This March 2010 photo shows a man identified as Jared L. Loughner at the 2010 Tucson Festival of Books in Tucson, Ariz.AP
Dr. Keith Ablow
The story of alleged gunman Jared Loughner’s murderous rampage, which took the lives of six innocent victims and critically wounded Arizona Rep. Gabrielle Giffords, will ultimately prove to be a story about how severe mental illness—including that linked to violence—routinely goes untreated.
By all accounts, Loughner was psychiatrically ill long before he shot anyone. He was described by a high school classmate as a drug user and loner whose thoughts made little sense. Ultimately, he dropped out. He apparently tried to complete a high school equivalency while enrolled in the Aztec Middle Community College, a program offered by Pima Community College that caters to those who have no high school diploma. He couldn’t finish up there, either. In fact, police were reportedly called to campus five separate times because Loughner was behaving erratically. A teacher has been quoted as saying that he worried frequently whether Loughner had a gun. Students say he was prone to nonsensical outbursts. He was sent home with the instructions that he not return until it could be proven that he was not a danger to himself or others.
I have no idea whether what should have happened at that point (or much earlier) actually did happen. If he seemed to be a danger to himself or others, Loughner should have been admitted to a locked psychiatric unit. There, a firm diagnosis of his condition should have been arrived at, and appropriate treatment rendered. This would likely have included psychotherapy and medication.
Only once Loughner seemed to be a threat to no one should he have been eligible for discharge, and then it may well have made sense that he be monitored in a cohesive outpatient psychiatry setting in which participating in counseling and/or taking medications was mandatory, with failure to do so resulting in another hospitalization.
If that had occurred (which I doubt) it is hard to imagine how Loughner’s case manager (who would have been appointed by the relevant department of mental health) would have missed his Internet ravings about how illiteracy, government conspiracy, “the rarest bird on earth, with no feathers,” and his “shot . . .” being “ready for aim,” would have escaped notice.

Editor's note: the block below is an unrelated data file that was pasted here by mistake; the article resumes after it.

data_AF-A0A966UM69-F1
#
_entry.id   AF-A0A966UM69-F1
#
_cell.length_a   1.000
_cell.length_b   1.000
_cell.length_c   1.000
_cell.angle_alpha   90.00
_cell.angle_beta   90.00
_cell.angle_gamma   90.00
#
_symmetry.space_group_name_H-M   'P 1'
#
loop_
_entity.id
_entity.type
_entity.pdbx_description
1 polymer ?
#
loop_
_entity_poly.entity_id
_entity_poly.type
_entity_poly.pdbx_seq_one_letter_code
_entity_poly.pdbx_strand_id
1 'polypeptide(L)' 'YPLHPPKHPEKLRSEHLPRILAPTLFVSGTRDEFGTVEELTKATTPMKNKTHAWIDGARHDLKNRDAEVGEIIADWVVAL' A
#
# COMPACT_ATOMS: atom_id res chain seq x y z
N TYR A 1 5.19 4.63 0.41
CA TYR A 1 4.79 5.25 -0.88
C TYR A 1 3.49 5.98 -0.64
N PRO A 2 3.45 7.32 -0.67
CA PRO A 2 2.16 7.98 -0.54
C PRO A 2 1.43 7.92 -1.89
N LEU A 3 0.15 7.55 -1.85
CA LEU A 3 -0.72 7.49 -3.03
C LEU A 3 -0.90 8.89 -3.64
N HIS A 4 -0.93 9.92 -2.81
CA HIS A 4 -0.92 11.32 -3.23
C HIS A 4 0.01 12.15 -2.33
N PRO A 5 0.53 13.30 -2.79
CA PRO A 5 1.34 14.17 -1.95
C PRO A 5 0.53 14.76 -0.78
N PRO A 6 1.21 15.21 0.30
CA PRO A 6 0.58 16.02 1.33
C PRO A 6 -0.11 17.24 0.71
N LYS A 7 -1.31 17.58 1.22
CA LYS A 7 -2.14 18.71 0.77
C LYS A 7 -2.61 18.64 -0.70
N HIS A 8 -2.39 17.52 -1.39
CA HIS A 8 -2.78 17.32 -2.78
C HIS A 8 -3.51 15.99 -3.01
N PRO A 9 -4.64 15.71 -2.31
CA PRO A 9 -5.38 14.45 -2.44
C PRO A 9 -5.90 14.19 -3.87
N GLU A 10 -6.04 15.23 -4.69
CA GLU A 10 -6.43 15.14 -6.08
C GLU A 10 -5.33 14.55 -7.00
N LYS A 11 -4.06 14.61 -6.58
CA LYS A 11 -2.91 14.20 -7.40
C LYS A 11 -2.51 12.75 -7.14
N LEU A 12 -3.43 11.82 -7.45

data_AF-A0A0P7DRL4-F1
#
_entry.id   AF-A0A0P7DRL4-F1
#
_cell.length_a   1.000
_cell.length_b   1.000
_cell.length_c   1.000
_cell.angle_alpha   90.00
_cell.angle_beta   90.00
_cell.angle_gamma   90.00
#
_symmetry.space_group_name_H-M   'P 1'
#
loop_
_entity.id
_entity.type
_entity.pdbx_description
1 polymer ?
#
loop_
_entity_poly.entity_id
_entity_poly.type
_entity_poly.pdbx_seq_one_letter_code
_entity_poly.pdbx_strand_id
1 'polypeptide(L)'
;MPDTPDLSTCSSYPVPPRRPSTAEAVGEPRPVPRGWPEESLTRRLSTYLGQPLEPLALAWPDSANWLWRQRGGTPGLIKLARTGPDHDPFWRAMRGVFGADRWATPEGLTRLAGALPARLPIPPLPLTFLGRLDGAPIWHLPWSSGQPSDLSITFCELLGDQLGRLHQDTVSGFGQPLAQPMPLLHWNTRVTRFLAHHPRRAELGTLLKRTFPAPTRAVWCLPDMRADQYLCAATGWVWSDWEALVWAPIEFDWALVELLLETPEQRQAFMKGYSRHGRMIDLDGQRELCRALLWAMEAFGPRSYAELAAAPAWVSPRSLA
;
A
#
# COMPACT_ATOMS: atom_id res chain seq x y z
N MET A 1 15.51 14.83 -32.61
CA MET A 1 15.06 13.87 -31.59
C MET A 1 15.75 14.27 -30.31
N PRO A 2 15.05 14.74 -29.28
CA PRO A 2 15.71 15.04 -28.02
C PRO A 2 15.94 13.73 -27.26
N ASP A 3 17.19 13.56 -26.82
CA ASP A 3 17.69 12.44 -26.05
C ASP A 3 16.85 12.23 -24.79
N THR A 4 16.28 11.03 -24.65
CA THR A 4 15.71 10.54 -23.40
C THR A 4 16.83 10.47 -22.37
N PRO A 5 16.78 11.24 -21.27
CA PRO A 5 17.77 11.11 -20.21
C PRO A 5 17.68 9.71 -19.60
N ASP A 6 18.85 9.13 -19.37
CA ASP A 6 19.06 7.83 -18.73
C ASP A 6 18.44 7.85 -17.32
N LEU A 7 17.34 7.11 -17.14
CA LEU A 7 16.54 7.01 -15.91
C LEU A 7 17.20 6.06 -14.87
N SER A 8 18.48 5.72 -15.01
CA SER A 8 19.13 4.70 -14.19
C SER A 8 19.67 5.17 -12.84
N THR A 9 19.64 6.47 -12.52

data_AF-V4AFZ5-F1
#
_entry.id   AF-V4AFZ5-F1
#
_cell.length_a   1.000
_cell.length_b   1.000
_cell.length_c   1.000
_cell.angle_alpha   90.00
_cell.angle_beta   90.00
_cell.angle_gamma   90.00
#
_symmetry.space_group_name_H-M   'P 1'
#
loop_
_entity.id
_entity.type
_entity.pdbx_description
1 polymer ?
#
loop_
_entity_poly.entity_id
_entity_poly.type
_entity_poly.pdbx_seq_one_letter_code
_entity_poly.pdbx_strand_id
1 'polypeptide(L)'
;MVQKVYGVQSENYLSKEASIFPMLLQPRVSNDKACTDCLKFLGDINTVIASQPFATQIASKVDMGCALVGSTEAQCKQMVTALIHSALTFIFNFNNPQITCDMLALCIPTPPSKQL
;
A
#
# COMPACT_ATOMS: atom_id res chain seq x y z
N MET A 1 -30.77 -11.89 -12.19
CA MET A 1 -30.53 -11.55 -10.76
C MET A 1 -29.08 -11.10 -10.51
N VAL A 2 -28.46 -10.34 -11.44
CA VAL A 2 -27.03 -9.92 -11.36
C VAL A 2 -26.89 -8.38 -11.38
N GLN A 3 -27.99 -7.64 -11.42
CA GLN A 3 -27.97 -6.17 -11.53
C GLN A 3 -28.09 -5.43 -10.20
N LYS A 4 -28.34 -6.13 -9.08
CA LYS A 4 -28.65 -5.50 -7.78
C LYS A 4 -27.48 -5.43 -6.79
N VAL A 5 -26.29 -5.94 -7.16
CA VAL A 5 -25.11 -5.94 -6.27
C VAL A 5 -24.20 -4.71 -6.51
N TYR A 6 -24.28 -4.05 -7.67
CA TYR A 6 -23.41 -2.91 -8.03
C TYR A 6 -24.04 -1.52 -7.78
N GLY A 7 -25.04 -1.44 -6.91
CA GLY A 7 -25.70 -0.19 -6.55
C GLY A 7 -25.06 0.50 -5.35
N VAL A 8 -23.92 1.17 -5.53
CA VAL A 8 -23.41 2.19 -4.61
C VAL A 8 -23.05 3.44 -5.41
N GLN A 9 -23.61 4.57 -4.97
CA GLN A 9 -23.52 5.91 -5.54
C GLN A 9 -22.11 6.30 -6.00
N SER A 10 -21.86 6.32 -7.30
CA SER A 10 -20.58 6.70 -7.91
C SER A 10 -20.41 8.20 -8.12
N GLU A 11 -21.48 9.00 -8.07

No, I would bet almost none of that happened, despite repeated and consistent evidence that would suggest Loughner may have been psychotic and having violent thoughts connected to his mental disorder. If that sounds a lot like the story of Seung-Hui Cho, the Virginia Polytechnic Institute shooter who killed 32 people, that’s because it is.
While polarized political parties may not be the best way to govern, I believe they will turn out to have absolutely nothing to do with Loughner turning into a killer. His murderousness will have nothing to do with the availability of firearms. His violence will be understood as a result of a severe, untreated or undertreated mental illness -- the kind that afflicts millions of young people in this country.
As a forensic psychiatrist who also has run community mental health centers, hospitals and clinics, I can tell you for sure, without any question, that the mental health care delivery system in this country is shoddy and shattered and without any hope at present of dealing effectively with sick individuals like Jared Loughner. There are slim resources and no strategy, whatsoever.
That’s the very, very worrisome story behind this tragedy.
Dr. Keith Ablow is a psychiatrist and member of the Fox News Medical A-Team. He is a New York Times best-selling author, and co-author, with Glenn Beck, of the book "The 7: Seven Wonders That Will Change Your Life". Dr. Ablow can be reached at firstname.lastname@example.org.
Dr. Keith Ablow is a psychiatrist and member of the Fox News Medical A-Team. Dr. Ablow can be reached at email@example.com.